Many of us wait years before having that “aha moment,” the instant we have the doubtless realization of what we are meant to do with our lives. But for Ali Malarczyk, MCAS ’19, it unexpectedly came much earlier. When she was just 10 years old, her dad was taken to the hospital because of a heart attack.
Devoted to every step of her dad’s recovery, Malarczyk was by his side day in and day out. She remembers the environment clearly. But instead of fearing the endless gurneys, EKG machines, and blood, she felt intrigued. Every moment within the white walls represented endless possibilities and adventure, and she felt a strong sense of wonderment at the hospital’s capacity for healing, and, in extreme cases like her father’s, saving lives.
In middle school, she cultivated this interest with numerous science classes including anatomy and biology, equipped with the firm conviction that she would continue her foray into medicine in college.
Malarczyk spent her freshman year at Simmons College, a small school just outside Fenway with a total undergraduate enrollment of about 1,800. Through her chemistry courses, she grew close with a professor who recommended her for an open research assistant position at Harvard Medical School.
Although she hadn’t been looking for the job, her desire to branch out and gain more exposure to neurobiology at a hands-on level convinced her to take the interview. Walking into the Armenise Building, she was shocked to find that the quintessential science lab she had been picturing actually consisted of two sections: an expansive laboratory as well as a back room filled with advanced microscopes she had no idea existed.
She remembers finishing her tour of the renowned Armenise Research Building before being interviewed by Postdoc. Brendan Lehnert, and then getting the job.
“Ali interviewed in the fall of her freshman year and struck us as confident and collected during her interview,” Lehnert said in an email. “After we hired her, I taught her a challenging technique, which she was quickly able to improve, such that she is now the lab expert.”
Harvard was just down the road from Simmons and had the opportunities she craved. It was the ideal place for her, and she’s been there ever since. Though her school’s location to her new job provided a great benefit, Malarczyk knew she wanted to attend a bigger university with a diverse student body after her first year. The thriving student life was immediately apparent when she stepped onto Boston College’s campus. She knew it was the place for her.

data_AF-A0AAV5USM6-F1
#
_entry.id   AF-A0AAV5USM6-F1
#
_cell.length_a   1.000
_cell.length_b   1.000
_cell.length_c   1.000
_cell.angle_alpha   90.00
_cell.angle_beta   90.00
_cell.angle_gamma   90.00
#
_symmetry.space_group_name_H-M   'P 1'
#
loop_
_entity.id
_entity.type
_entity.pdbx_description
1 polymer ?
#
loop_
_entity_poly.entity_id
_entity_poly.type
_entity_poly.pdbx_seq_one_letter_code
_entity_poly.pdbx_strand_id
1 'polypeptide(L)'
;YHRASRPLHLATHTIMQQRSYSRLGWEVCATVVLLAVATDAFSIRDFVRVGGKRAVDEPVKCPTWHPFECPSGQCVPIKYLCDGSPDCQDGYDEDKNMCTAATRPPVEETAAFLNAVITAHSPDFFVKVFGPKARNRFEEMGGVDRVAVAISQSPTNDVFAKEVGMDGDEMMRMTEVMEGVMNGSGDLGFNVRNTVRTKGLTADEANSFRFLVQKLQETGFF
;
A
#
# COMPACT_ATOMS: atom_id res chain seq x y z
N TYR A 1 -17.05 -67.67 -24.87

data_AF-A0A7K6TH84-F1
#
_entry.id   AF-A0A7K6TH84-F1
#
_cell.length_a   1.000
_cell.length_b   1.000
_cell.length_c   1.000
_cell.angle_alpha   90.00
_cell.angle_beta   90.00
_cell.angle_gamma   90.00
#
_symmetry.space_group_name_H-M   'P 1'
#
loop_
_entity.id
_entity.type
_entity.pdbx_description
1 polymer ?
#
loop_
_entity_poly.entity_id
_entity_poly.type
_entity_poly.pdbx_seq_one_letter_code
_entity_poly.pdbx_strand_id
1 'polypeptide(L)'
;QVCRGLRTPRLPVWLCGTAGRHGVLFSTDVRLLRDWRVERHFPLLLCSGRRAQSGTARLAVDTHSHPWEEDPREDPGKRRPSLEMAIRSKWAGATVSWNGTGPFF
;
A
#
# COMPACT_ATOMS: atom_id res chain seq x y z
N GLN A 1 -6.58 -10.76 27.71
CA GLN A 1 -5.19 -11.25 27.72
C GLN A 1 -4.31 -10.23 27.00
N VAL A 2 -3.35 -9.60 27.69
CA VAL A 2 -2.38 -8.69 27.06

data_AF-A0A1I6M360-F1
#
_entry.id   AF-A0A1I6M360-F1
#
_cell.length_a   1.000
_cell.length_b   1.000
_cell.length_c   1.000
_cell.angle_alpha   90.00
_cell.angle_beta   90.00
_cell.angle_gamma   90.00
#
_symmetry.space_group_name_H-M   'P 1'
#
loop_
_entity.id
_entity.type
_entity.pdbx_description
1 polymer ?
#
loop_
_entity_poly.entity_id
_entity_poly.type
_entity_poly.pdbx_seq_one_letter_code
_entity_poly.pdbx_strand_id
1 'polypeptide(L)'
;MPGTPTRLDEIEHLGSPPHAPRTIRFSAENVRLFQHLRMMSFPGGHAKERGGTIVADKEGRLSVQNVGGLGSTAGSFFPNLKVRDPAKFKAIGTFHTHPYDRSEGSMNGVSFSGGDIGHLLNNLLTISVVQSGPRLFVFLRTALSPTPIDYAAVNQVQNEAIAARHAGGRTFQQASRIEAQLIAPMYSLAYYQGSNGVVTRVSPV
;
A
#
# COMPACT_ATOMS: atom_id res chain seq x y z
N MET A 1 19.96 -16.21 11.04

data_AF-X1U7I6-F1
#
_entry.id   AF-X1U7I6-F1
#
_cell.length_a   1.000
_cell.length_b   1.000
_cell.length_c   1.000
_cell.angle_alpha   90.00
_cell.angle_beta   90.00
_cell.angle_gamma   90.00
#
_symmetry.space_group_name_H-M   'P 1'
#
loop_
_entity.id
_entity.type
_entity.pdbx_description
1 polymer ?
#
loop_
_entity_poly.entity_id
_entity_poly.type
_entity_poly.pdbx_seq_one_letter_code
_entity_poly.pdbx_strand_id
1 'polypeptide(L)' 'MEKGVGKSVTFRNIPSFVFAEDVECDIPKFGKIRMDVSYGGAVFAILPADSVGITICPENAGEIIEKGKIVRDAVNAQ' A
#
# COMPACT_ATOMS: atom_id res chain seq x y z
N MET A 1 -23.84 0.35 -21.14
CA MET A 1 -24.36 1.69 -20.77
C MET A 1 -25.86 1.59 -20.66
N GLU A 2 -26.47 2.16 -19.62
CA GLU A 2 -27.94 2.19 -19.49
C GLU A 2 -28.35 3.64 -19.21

Malarczyk largely credits BC for furthering her passion for biology and increasing her engagement within the field of medicine. The diverse curriculum for the sciences at BC allows her to mold her education to herself and her passions, and the professors constantly expose her to the many possibilities she has as a biology major—she even remembers an enriching talk at BC that emphasized medicine while simultaneously incorporating history into the lecture. She also loves to take advantage of the opportunities BC offers its students: Malarczyk is a regular attendee of office hours, and even if she doesn’t need help grasping the material, she loves going just to talk with her professors and engage with the material. She appreciates BC’s professors for their willingness to connect with students and have individualized, intellectual conversations.
Her professors feel the same way about her.
“She represents all of the things that have impressed me about BC students not only on the intellectual and academic side, but also on the personal side,” Karen Atkinson, Malarczyk’s summer organic chemistry teacher, said in an email. “She is kind, honest, and thoughtful, even in the pressure cooker of an intensive course.”
After a long morning of classes, most of us can be found heading back to our dorms for a nap, grabbing lunch at Eagle’s with friends, or heading to O’Neill to get a jump on the next day’s work. But if you’re Malarczyk, you ride the Commonwealth Ave. bus down to the Reservoir T stop, maybe getting a head start on some impending reading on the way, hop off at Longwood, and from there it’s a 20-minute walk to the renowned Harvard Medical School, where you’ll stay for the next seven to eight hours.
The Armenise Medical Research Building is one of the classically beautiful buildings that surrounds the quadrangle of Harvard Medical School. Malarczyk finishes her long walk to Harvard at this spot, then makes a beeline for the Ginty Lab, a research lab focusing on “the function, organization, and mechanisms of assembly of the peripheral nervous system and spinal cord circuits that underlie the sense of touch.”